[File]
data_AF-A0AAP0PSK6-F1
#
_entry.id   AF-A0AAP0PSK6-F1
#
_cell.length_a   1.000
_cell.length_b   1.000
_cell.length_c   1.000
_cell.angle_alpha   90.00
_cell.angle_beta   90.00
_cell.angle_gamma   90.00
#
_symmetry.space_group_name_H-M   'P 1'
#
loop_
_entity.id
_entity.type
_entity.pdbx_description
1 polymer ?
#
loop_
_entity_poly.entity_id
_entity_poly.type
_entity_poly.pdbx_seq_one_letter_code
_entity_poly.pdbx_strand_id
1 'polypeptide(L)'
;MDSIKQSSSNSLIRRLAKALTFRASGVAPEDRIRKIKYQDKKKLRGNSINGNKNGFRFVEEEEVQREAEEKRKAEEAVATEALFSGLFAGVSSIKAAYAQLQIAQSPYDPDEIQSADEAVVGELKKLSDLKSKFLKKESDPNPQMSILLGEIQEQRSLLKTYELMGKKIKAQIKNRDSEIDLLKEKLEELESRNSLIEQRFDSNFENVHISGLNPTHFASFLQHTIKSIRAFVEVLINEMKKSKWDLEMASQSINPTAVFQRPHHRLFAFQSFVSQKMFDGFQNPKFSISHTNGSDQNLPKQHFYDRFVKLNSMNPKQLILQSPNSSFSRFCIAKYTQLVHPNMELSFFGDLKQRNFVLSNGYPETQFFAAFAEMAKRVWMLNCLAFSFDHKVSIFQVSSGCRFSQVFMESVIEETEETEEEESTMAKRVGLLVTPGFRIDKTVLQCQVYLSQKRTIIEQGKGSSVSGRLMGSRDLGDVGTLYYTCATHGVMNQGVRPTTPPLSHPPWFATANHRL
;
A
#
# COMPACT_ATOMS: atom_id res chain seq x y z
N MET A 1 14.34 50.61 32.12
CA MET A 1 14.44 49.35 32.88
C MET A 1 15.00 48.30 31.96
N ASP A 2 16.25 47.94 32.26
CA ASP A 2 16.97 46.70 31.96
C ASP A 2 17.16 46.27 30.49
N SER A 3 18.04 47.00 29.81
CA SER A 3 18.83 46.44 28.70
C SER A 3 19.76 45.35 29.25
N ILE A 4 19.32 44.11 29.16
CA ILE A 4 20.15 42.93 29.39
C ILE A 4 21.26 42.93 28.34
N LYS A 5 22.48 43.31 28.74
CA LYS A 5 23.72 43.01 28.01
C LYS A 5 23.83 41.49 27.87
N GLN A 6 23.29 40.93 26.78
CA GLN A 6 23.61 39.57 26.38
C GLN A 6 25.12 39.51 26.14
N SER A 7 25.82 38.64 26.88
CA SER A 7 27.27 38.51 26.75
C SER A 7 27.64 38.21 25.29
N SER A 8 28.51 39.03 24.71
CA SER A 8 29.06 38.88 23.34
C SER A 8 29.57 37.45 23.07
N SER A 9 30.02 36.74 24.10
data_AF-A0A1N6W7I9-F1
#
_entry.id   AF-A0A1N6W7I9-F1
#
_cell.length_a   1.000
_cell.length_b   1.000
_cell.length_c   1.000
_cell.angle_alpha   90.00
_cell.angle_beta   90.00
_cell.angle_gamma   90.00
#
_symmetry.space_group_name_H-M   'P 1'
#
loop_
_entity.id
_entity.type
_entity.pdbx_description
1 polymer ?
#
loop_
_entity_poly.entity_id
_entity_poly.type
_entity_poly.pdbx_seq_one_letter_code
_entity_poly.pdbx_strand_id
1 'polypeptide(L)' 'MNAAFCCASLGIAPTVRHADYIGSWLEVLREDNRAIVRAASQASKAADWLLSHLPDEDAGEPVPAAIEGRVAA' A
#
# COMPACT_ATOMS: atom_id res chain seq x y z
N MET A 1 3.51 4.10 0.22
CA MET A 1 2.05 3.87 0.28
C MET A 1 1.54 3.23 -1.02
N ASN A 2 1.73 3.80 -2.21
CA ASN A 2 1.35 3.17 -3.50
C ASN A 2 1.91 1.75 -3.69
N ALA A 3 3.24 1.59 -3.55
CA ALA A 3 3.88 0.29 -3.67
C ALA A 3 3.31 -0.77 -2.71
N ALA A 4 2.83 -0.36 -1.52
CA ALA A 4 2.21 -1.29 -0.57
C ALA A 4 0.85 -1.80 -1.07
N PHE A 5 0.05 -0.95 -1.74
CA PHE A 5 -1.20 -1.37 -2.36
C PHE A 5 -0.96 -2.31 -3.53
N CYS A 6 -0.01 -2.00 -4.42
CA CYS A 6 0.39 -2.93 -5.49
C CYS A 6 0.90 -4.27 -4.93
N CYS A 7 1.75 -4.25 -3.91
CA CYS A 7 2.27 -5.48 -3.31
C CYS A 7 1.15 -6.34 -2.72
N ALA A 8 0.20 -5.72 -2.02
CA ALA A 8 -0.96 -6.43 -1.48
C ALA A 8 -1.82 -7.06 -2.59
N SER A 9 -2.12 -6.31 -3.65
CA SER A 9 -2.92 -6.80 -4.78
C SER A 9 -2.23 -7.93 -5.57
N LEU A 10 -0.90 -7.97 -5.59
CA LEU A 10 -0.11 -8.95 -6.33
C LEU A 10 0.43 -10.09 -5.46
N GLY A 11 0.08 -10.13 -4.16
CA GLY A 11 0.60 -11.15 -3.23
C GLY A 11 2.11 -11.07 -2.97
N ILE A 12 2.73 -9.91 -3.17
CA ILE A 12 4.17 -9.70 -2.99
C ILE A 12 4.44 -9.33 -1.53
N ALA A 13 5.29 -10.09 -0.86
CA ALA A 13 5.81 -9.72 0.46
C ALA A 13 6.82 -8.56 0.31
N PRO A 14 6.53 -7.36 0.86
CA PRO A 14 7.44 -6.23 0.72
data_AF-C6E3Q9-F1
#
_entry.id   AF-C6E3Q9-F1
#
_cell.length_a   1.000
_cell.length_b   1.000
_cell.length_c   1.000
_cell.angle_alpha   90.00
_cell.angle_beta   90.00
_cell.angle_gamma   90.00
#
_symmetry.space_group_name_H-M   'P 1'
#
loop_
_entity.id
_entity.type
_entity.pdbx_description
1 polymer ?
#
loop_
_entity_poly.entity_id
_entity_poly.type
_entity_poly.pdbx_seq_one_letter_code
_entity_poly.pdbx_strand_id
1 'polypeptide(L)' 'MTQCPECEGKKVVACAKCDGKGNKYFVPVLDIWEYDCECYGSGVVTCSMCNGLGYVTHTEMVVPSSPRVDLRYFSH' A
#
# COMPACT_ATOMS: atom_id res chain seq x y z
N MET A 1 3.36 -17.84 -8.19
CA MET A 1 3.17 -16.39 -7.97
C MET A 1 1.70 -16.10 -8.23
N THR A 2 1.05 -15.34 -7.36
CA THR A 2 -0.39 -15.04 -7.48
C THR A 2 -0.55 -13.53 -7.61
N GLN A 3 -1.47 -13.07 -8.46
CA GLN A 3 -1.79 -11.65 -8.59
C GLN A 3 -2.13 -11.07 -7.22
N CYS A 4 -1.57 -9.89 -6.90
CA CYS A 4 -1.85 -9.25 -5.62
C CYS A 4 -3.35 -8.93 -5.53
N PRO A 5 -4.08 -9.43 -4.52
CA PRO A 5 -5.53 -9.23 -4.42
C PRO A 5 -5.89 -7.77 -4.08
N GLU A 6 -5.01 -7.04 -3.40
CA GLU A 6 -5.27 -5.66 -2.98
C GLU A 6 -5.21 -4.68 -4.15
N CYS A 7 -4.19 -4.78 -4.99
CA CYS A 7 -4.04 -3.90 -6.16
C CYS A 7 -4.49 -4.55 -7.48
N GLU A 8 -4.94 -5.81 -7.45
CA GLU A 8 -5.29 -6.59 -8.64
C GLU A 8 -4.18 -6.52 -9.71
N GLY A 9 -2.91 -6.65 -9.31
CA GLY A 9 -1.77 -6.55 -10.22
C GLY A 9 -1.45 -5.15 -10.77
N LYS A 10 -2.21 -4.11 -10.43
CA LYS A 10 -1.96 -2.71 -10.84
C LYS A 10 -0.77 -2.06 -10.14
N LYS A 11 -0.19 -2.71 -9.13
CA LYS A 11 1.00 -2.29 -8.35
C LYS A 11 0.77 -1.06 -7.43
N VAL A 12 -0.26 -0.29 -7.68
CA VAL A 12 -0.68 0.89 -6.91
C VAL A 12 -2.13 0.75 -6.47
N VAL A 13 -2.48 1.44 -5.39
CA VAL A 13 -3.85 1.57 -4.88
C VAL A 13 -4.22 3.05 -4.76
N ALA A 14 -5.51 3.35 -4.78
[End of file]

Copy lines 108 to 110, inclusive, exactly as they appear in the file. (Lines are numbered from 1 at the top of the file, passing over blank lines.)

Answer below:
CA SER A 9 -2.92 -6.80 -4.78
C SER A 9 -2.23 -7.93 -5.57
N LEU A 10 -0.90 -7.97 -5.59